Gold Rush! manual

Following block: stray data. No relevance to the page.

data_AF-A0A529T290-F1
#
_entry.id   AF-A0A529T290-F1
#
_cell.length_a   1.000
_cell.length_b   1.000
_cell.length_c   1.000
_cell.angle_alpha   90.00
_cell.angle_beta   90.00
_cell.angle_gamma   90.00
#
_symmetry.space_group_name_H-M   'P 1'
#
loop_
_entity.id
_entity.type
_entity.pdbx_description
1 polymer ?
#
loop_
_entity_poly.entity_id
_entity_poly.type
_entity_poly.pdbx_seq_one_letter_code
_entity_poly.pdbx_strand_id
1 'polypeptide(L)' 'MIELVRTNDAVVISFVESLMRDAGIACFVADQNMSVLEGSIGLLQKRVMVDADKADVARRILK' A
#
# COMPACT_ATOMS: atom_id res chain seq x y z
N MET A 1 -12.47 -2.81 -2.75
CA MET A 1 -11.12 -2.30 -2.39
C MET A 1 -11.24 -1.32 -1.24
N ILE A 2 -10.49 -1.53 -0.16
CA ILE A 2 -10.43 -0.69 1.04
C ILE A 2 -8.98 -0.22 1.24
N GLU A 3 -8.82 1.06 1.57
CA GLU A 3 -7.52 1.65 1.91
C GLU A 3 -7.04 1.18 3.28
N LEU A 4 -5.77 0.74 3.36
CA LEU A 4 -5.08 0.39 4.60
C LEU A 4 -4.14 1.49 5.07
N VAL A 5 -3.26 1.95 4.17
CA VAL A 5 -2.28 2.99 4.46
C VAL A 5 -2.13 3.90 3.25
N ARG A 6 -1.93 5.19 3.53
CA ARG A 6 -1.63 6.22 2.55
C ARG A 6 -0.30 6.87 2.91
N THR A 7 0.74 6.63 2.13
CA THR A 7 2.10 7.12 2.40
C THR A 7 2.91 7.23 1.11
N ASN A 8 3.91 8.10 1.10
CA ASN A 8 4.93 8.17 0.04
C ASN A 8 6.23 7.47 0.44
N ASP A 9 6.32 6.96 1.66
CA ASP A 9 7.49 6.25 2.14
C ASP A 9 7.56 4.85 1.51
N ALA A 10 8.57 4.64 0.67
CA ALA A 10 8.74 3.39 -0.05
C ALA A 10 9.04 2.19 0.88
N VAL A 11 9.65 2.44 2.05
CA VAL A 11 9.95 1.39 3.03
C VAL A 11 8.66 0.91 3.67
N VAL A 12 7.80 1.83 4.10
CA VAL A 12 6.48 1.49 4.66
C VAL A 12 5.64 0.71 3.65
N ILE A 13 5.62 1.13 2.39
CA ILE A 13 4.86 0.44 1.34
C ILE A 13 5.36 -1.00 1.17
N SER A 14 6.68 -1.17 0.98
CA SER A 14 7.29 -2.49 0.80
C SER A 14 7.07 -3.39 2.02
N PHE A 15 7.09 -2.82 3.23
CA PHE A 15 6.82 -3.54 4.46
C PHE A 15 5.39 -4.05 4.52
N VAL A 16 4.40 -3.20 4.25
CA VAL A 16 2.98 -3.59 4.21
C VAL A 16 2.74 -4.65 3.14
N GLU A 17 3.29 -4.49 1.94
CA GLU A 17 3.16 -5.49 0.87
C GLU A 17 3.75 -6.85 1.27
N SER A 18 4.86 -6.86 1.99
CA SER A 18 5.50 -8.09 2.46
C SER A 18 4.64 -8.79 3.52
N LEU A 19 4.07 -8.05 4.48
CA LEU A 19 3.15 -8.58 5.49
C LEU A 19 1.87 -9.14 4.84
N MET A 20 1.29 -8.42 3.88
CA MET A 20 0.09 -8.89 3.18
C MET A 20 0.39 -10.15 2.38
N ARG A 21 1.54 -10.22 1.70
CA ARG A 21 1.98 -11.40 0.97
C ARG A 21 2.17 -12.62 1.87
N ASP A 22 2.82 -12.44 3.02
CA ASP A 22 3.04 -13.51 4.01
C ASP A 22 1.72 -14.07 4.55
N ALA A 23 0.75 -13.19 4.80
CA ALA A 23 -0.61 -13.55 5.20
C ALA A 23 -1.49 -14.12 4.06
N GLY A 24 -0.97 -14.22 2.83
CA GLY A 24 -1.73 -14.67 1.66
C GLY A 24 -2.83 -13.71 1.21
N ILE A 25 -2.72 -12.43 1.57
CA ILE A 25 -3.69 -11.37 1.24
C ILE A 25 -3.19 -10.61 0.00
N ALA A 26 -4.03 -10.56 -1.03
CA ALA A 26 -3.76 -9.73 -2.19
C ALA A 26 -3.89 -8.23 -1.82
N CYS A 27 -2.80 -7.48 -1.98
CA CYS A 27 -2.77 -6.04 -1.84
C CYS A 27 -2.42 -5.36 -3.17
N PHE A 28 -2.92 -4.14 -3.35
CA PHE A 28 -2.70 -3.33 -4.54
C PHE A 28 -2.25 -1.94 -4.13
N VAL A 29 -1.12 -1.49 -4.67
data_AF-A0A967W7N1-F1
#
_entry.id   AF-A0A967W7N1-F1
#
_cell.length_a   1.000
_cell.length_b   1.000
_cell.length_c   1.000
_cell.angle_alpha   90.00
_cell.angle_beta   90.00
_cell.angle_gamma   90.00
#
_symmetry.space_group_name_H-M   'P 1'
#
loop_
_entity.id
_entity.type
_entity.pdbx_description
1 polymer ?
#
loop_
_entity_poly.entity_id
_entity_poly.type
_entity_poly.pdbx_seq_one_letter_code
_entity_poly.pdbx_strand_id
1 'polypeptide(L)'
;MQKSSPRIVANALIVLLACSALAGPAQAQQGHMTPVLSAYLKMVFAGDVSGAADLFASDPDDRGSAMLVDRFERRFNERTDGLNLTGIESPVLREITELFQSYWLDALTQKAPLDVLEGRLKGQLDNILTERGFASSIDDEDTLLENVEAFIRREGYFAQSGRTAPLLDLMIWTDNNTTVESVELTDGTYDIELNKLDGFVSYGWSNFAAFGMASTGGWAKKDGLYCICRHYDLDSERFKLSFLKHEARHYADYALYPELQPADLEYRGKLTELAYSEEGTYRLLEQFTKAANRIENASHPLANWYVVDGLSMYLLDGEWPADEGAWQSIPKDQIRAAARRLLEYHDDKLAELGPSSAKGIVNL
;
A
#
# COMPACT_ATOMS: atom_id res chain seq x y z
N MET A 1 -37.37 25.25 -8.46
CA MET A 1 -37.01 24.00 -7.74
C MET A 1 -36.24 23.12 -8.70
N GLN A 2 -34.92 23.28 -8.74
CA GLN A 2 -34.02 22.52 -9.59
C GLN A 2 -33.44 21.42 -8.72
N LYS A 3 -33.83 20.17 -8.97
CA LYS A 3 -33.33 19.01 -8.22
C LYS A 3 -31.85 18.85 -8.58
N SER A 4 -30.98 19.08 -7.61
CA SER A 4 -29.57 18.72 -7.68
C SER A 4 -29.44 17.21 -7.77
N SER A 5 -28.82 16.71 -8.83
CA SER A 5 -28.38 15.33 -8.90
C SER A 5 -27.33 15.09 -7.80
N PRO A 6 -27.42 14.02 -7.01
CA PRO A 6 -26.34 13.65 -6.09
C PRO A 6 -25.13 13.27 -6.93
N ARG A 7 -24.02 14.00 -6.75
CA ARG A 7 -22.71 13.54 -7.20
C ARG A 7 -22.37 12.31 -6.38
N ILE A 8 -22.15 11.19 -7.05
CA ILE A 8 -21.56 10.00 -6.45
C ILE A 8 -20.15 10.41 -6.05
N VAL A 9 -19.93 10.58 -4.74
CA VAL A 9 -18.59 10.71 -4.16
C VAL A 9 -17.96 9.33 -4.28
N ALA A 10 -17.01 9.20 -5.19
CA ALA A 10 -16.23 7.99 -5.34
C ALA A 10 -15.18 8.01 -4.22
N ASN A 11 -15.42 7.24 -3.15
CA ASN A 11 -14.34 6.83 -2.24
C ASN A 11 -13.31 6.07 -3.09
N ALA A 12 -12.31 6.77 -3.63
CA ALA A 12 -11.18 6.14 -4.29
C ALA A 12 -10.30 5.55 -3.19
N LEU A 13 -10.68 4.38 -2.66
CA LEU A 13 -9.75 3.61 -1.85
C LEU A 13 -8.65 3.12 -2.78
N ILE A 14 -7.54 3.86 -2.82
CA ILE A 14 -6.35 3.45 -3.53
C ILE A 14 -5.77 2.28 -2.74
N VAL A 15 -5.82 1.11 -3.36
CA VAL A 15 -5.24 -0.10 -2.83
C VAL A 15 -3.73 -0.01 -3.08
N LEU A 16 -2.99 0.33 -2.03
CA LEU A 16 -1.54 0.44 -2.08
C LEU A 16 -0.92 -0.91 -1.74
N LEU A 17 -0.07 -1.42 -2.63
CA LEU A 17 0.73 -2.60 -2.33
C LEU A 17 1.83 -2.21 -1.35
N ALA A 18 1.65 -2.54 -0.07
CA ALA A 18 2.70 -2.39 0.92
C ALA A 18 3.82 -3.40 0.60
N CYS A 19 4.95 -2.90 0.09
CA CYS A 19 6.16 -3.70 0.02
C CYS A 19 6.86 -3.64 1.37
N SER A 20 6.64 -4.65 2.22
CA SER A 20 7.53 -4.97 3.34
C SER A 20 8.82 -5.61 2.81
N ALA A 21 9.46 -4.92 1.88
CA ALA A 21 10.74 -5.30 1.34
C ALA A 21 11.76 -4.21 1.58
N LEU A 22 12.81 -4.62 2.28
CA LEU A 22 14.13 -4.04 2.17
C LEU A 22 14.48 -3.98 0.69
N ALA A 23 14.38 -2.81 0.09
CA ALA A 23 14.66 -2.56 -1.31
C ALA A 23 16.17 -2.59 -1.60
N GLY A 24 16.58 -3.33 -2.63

Gold Rush THE GOLD RUSH IS ON! The first true gold rush began with the discovery of gold in California in 1848. Everywhere men abandoned their families, businesses, and some said, common sense, in order to head out to a remote, little-known land where the promise of riches beckoned even the humblest and most inexperienced of pioneers. At least a quarter of a million men reached this "land of plenty" during the five years (1848-1853) that comprised the gold rush proper, producing an extraordinary amount of gold, valued in excess of $200 million. Although most were Americans, the gold seekers came from virtually every corner of the civilized world, including China. No "rush" of such proportions, wealth, or pandemonium, no hysteria so unrestrained or so world-encompassing in its influence had ever been witnessed before. Improved means of communications, especially through widely circulated newspapers, and the beginnings of modern transportation, such as clipper ships and ocean-going steamers, both contributed heavily to the magnitude and speed of the movement. Although many "forty-niners" organized themselves into formally constituted "companies" before they left home, virtually all of these groups disbursed immediately upon reaching California. These circumstances left the individual to work out his own destiny among foreigners in a strange land utterly unprepared to cope with the throngs of newcomers. 2 Although merchants and shipowners throughout the world quickly adjusted operations to serve this booming new market, food and supplies of most kinds were scarce, expensive and subject to unsteady price fluctuations. Housing was primitive and high-priced in the towns and did not exist at the mines, so each individual was resigned to building his own home or pitching a tent. Society was constantly in flux, with crowds of restless gold seekers stampeding off when each new mining town was rumored to be "rich", leaving many ghost towns in their wake. The news of the "discovery" took some time to reach the East. It came at first in rumors, via ship around Cape Horn and up the Atlantic. Busy with their own aspirations, Easterners did not give much credibility to these whisperings in the early months of 1848. They had no time for the exaggerated tales that were constantly coming from the unknown parts to the west. As a consequence, the first rush to the diggings were mostly comprised of local folks. The East was finally awakened to the rush when a letter from California Governor Richard Barnes Mason to the War Department announced: "There is more gold in the country drained by the Sacramento and San Joaquin rivers than would pay the cost of the late war with Mexico a hundred times over." 3 Thus the rumor became fact. Beyond any reasonable doubt, the gold was there for the taking. In the mad rush of enthusiasm no one considered the hazards of the undertaking; no one seemed to realize that to only a small percentage of prospectors would come the big payoffs. Fortunes were definitely made. Some men are said to have dug tens of thousands of dollars in a single week. This was particularly true at first, when gold was found practically on the surface of the ground. In 1840, $10 million in gold was mined; in 1852 the yield peaked at $81 million. It was only natural that those hearing such fairy tale success stories should believe them to be the rule rather than the exception. However, the greatest "diggings" were rapidly cleaned out. Thereafter, many of the prospectors received merely living wages from a day's work. Standing waist-deep in icy river waters, their exposed skin baked by the scorching summer sun, these dreamers would labor washing heavy buckets of pay dirt in hope of someday striking the mother lode. Indeed, the treks westward took a heavy toll on those with little perseverance, and only the brawniest breed of men survived the hardships of the wilderness and the cruel elements. Requiring superior physical strength, these perilous journeys cruelly punished those of lesser fortitude, and many paid for their dream with their lives. It took a mighty tough character to survive the ravages of the west. Unfortunately, Jerrod Wilson wasn't one of them. A typical East Coast "city slicker", Jerrod could only dream of following in the footsteps of the great American legends who paved the way for the country's rapid growth and progress. 4 Despite his aspirations, the only history Jerrod seemed to be making was the news he wrote for the local paper. Not that Jerrod's job was so bad - his hard work and determination had earned him quite a few promotions since his days as a paperboy. However, it would probably take another 20 years of even harder labor before he would reach the top of the company ladder. Jerrod was patient, but he wasn't so sure he could hold out that long. Maybe it was his long lost brother's disappearance some years ago, or maybe just the call of the wild, but Jerrod had an itch for adventure, a desire to follow in the rich tradition of his ancestors, Jerrod not only wanted to discover the whereabouts of his brother, but he also longed to learn about the mysteries that lie beyond the borders of Brooklyn Heights, the only home he had ever known. Was it just the sunset, or perhaps the glisten of gold on the horizon that beckoned Jerrod westward? What does Jerrod's future hold? Will he continue with the nine to five routine (yawn) of a secure yet somehow unsatisfying career? Or will he break free of his chains and head out west to where the action is? 5 His fate lies in your hands. Become Jerrod Wilson, and face the challenge of the California Gold Rush as you race against time and the perils of travel on a realistic simulation of life on the wild west frontier. Immeasurable riches lie just 2500 miles away! Good luck! AN OVERVIEW A Sierra 3-D Animated Adventure Game, simply stated, is an interactive movie where you become the main character. In this game, the main character is Jerrod Wilson, a young gentleman preparing to seek his fortune in the California gold country. 6 Each 3-D Animated Game has a main goal, and yours in Gold Rush! is to find passage to California, discover gold and become filthy rich. Move stealthfully and wisely, for prices will skyrocket when news of the California Gold Rush hits town. TIPS ON PLAYING GOLD RUSH! 1. PACK IT UP AND HEAD 'EM OUT! Basic instructions on how to interact with this game are included in this manual and the reference card enclosed. For those who are not sure of what to do, there is a WALK THRU included at the end of this manual. 2. COVER YOUR TRACKS Due to the dangerous nature of this adventure game, you will want to save your game often. Follow the instructions on your 3-D Animated Adventure Game reference card to SAVE GAME after you have made important progress in the game. SAVE GAME whenever you encounter a potentially dangerous situation. If you do encounter perils, or fail to complete all the required tasks to get past a given obstacle, you can follow the instructions on your reference card to RESTORE GAME to the place you were at when you last saved your game. Intelligent use of this function has spared many a traveler from being lost forever at sea. 7 3. KEEP A SHARP EYE OUT. Look at and examine everything you can. Speak to those around you. Pay close attention to detail. There are many clues, both visual and verbal, that will help you succeed in your quest. ON YOUR VOYAGE In the course of your trek, various messages will appear describing the life and times of early American travelers. After you have read the messages, you may choose to bypass them upon playing the game again. To display or suppress messages, press the F8 key when the message is displayed at the bottom of the screen. Also, you can automatically advance to the next portion of your voyage without waiting when a CTRL-N message appears at the bottom of the screen. 4. BRING ALONG 'YER FRIENDS. The wild, wild west was not an easy place to survive alone. You may find it helpful to play Gold Rush! with a friend. Each adventurer has unique ways to interpret clues, and besides, working in teams makes the journey a lot more productive and fun. 8 5. CAN'T GET ANYWHERE? If you've explored every inch of the soil and still find progress impossible, don't give up. Even to notch forty-niners were known to have their hopes dashed by hard luck and hard times. Life is tough in these parts. For this reason, hint books are available for all of Sierra's 3-D Animated Adventure Games. You can order the hint book for this game by using the order form in the package. Hints can also be received by calling the Sierra Support Line at (209)683-6858 or by having your computer call the Sierra Bulletin Board Service at (209) 683-4463. 9 WARNING The following documentation is for beginning adventure game players only. The contents include answers to some game puzzles and hints that experienced adventurers may not wish to see. Continue reading only if you are having difficulty getting started with your adventure game. 10 BEFORE YOU HIT THE ROAD...AN INTRODUCTORY WALK-THRU TO GOLD RUSH Gold Rush! begins with an introductory sequence, giving you a quick overview of the story. If you choose to bypass this initial sequence, press the SPACEBAR or the ENTER key. 11 Your journey begins in Brooklyn Heights, New York in the year of 1848. There are many places and things you will want to examine in this game. Press the ENTER key after you have typed in a command. Press the ENTER key after you have finished reading a text message. Type: >LOOK AROUND >LOOK AT THE BRIDGE >LOOK AT THE RIVER >LOOK AT THE LAMP >LOOK AT THE TREES Walk down the bridge to the street on your right. >LOOK AT THE STREET >LOOK AT THE HOUSE Walk to the south. The screen will change to a new location. >LOOK AROUND Walk up to the front gate of the house. >LOOK AT THE HOUSE Press the TAB key to display your inventory (TAB serves as a short cut for typing the word INVENTORY.) You are carrying a house key and $15 >USE THE KEY 12 The gate will open and your character will walk into the yard. Walk up to the front door. Press the F3 key then press ENTER. (The F3 key repeats your most recent command). In this case, the font door opens. Walk into the house until the font door closes. You are now inside your house. There are many things you may look at in this house. >LOOK AROUND >LOOK IN THE CLOSET Walk over to the table >READ THE FAMILY ALBUM Walk over to the desk. >LOOK AT THE DESK >OPEN THE DRAWERS Walk through the door by the desk. >LOOK AT THE ROOM Walk into the kitchen >LOOK AT THE KITCHEN >LOOK AT THE CABINET There are other things you may examine inside the house, but for now proceed to go outside. Walk off the screen to the west. You are now at the edge of a park. >LOOK AROUND Walk up to a sign on the grass >READ THE SIGN 13 The sign says, "KEEP OFF THE GRASS." (You may have noticed that a point was subtracted from your score when you stepped upon the grass. If you continue to disregard the signs you may have a confrontation with the law.) Walk into the gazebo. >LOOK AT THE GAZEBO >LOOK AT THE FLOWERS >TAKE FLOWERS >LOOK AT THE FLOWERS When you look at an item in your inventory, you get a message and a picture of the desired item. There are other important things to examine in the park, but for now walk off the screen to the west. You are now on a new screen. >LOOK AROUND >LOOK AT THE LAMPS Walk into the Post Office. The screen will change. >LOOK AROUND >LOOK AT THE COUNTER Walk up to the counter >RING THE BELL A gentleman will approach you and speak. >GET MY MAIL 14 Depending on the time of day, you may or may not receive some mail. If you do not receive any mail on the first try, you may want to check back at the post office periodically. Well, now you are on your own. There are still many things to do before your journey begins. Remember to talk to the people you meet, examine all objects thoroughly, and take everything you will need for a safe, successful trip out west. P.S. Take special precaution to save your game after making significant progress. You never know when disaster may strike. GOOD LUCK ON YOUR JOURNEY... MAY YOU STRIKE IT RICH! 15 DESCRIPTION OF ROUTES for Persons Emigrating to CALIFORNIA ROUTE VIA CHAGRES AND PANAMA For the information of those going to California, either as adventurers or settlers, it is important that they have access to all information obtainable, for want of which, the necessary precautions are neglected, which may result in much suffering and disappointment. On the account of the great saving of time and distance, this route is shown by many and to such it is important to know something of the difficulties connected with it. No isolated individual ought to think of engaging in the enterprise for there will be many circumstances where a friend will be found of essential benefit. It would be well if parties of 10 or more should unite who would be devoted to, and who could place in each other that confidence which the love of gold could not destroy. Probably, those who pay their passage and are found in Chagres will not find all the accommodations on shipboard to meet their expectations, both from the crowded state of the ship and the fare, and it would be well for all to take an extra supply of stores. The town called Chagres is only a small village of one-story houses or rather huts situated at the mouth of the river of that nation which empties into the Atlantic Ocean, and has a small but secure harbor. The place has a very unsightly appearance, being situated in the midst of a swamp, and the continual rains prevailing there would render the streets almost impassable, if it were not for logs of wood laid along the centre, for the accommodation of pedestrians. The journey to Panama is made by taking small canoes (or a steamboat which now goes there) to the town of Cruces or Gorgona, a distance of about 33 miles, and from there to Panama, about 24 miles per land. One who knows, "Avoid the sun, keep within doors during the day, refrain from eating fruits even when ripe, with the exception of oranges, which may be eaten moderately. Do not touch the oysters, wear flannel next to the skin by day and night, avoid spiritous liquors, and it is needless to say be off the first opportunity. The distance from Panama to San Francisco is about 3400 miles long. ROUTE BY CAPE HORN This route is the most acceptable as far as cost and facilities is concerned, but loss of time balances the difference to the price of passage which varies from $700 to $900, according to accommodations. The distance from New York to San Francisco via Cape Horn is about 18,000 miles, and will occupy nearly five months in making the passage. Not withstanding this appears to be a very long voyage, yet it is (in the present amount of travel across the Isthmus, and the probably want of vessels from Panama to San Francisco) the surest route. ANOTHER ROUTE This route which is said to be "the cheapest, quickest and safest" is to take passage in a vessel for Vera Cruz; thence overland to Manzatlan via Guadalajara. Tipie and San Blas; thence either by vessel or by mule or horse travel, by land up the coast. To prevent danger of being attacked by robbers through Mexico, persons should go in parties of 40 to 50 or more. The cost of this route varies from $150 to $300, and may be accomplished in 60 days. 3-D Animated Adventure Game Reference Card For Amiga Sierra's 3-D animated adventures represent a totally new approach to computer gaming - a third generation in computer adventure. They feature detailed three dimensional background scenes with life-like animated characters. The improved parser lets you talk to the computer in whole sentences. Sierra's new series of adventures are interactive, changing as you explore and solve the puzzle. New facets are revealed as you delve into the game. In fact, because of random events, you can play the game many times over and never play the same game twice. BEFORE GETTING STARTED Before starting to play you should make back-up copies of your original disks. LOADING INSTRUCTIONS 1. Power up the system and load the Amiga Kickstart disk and the Amiga Workbench disk. 2. Use the preference tool from the Workbench disk to set date and time information. This procedure is recommended but not required. 3. Insert the original program disk or a backup copy you have made, into the drive and double click the left mouse button on the disk's icon to open the disk. 4. Double click the left mouse button on the "Sierra" icon. If you are loading from a back-up copy you will be prompted to briefly insert the original disk when loading. 5. To bypass the opening sequence, press any key. BACKING UP YOUR PROGRAM MASTERS From the Workbench, follow the procedure below to copy the original master disk to a back-up disk. One Drive Systems: 1. Insert the original disk in the drive. 2. Place the mouse cursor (arrow) on the master program icon. 3. Highlight the icon by clicking the left mouse button. 4. Place the mouse cursor on the menu bar. Hold down the right mouse button and pull down the Workbench menu. 5. Place the mouse cursor on Duplicate and release the right mouse button. 6. Follow the disk swap prompts to copy the program disk. 7. Do not rename your back-up copy. Two Drive Systems: 1. Insert the original disk and back-up in the drives. 2. Place the mouse cursor on the original program disk icon and hold down the left mouse button.. 3. Drag the mouse cursor to the icon of the drive you're copying to and release the button. 4. Follow the disk prompts to complete the copy procedure. 5. Do not rename your back-up copy. FORMATTING A DISK (to be used as a saved game disk) 1. From the Workbench, insert a blank disk into any drive. 2. Place the mouse cursor on the black disk icon and click the left mouse button, highlighting the icon. 3. Place the mouse cursor on the menu bar at the top of the screen. Hold down the right mouse button and pull down the Disk menu. 4. Place the mouse cursor on "Initialize" and release the right mouse button. The blank disk is now being formatted. When formatting is complete, you will be returned to the Workbench. 5. Place the mouse cursor on the "Empty" icon and click the left mouse button. Place the mouse cursor on the Workbench menu, hold down the right mouse button, and select "Rename." Follow the prompts to rename the "saved game" disk. If you don't rename the "saved game" disk, its default name will be "Empty". 6. When a formatted disk is used for saving games, the 3-D Animated Adventure automatically creates a saved game directory for saving 12 games. Creating additional directories on the disk (for saved games), will allow you to save more games on the formatted disk (12 per directory). Consult your system's DOS manual for creating directories on a formatted disk. COMMANDS FOR THE HERO A joystick, mouse or keyboard moves the main character north, south, east, west or diagonally. To halt your character's steps with the keyboard, press the last direction key again, or the 5 on the number pad. If you are using a mouse, start movement by single clicking the left mouse button. The character will move to the point where the left mouse button was last clicked and stop there, unless there is an obstruction in his path. During the game you can use any form of control at any time. Just click the mouse, press a direction key, or move the joystick. If the joystick was not plugged in before loading the game, press CTRL-J and insert the joystick into port #2. The joystick will now be active. _|_ \ | / _____/===\_____ ____ ___ ____ |\_____________/| \ North / ||_7_||_8_||_9_|| | | __ __ | | ____________ |/___\/___\/___\| | | | | | | | | ( ) -- ||_4_||_5_||_6_|| -- | | |__| |__| | | button --|-O | |/___\/___\/___\| | | | | | __ | ||_1_||_2_||_3_|| | | | | West | (__) | East |/___\/___\/___\| | | | | | | | | | | (____________) / | \ | |___________| | |/_____________\| / South \ DIRECTION KEYS MOUSE JOYSTICK Talk to your computer in commands of one or two words, or even simple sentences. Unless otherwise instructed, follow all commands with the RETURN key. You may meet others who have messages for you. Command them to speak. Type: TALK TO THE GNOME You may later need objects you see along the way. Type: GET THE KEY Pay attention to details. To see an object closely, type: LOOK AT THE PANEL Use the objects you find along the way. Type: GIVE THE BASKET TO THE GIRL To fully savor a scene you enjoy watching or negotiate a narrow path, you can slow down the animation. Speed up the animation to make the main character walk faster. To change the speed type "slow" or "fast" and press RETURN. To return to the original speed, type "normal" and press RETURN. Function and control keys shortcut these common commands: F1 or HELP Shows list of control keys (including some specific to your game which may not be mentioned here). F2 Toggle sound on/off F3 Echo (repeat) previous command F5 Save game F7 Restore game F9 Restart game CTRL-C or CTRL-X Cancel line CTRL-J Select joystick mode ALT-Z Quit game TAB Inventory ESC Pause/resume game SAVING AND RESTORING THE GAME To allow for errors in judgment, and also for some pretty creative exploration, we make it possible for you to save and restore the game. Before you try something that looks dangerous, or just because you've been playing awhile and you don't want to lose what progress you've made through some chance encounter, save your game. At any time during the game, type "save game" and press return or press F-5 to save your game. Follow the directions below to complete saving your game. SINGLE DISK DRIVE USERS You have a choice of saving your game on your game disk (original or back-up), or to a formatted "saved game" disk. When you receive the prompt asking on which directory to save your game, press RETURN and follow the prompts if you are saving on your game disk. If you use a "saved game" disk, remove the game disk from the drive, insert the "saved game" disk, and type the name of the "saved game" disk followed by ":" and the name of the directory and press RETURN. Follow the prompts, using the up/down arrow keys to select a saved game space. Re-insert the game disk to resume playing. TWO DISK DRIVE USERS When you receive the prompt asking on which directory to save your game, backspace through the suggested default name and type the name of your "saved game" disk with it in one of the drives, and press return. This will allow your game to be saved onto your second disk drive. If you are using more than one directory for saved games, when prompted, type the name of the directory where you want the game to be saved. Follow the prompts using the up/down arrow keys to select a saved game space, to complete saving the game. IN GENERAL Although your game position is stored on disk as a normal Amiga DOS file, you are not required to follow Amiga DOS naming conventions in identifying your saved games. If the character is standing before a tree when you save a game, call your saved game "STANDING BEFORE A TREE" or whatever has meaning to you. You may save up to 12 different games per saved games directory. If you "run out" of saved game spaces in your saved game directory, (and you don't want to create more saved game directories), you may reuse one of the 12 spaces. To change the name of a saved game, just enter CTRL-C or CTRL-X to clear the line, and type a new name. RESTORING A GAME Type "restore game" and press RETURN or press F-7 to restore a previously saved game. You will be asked where you saved the game. To accept the default directory, press RETURN. Otherwise, clear the line, type the name of the "saved game" disk followed by ":" and the directory on which you saved the game, and press RETURN. Now choose the game you wish to restore by moving the pointer and selecting it by pressing RETURN.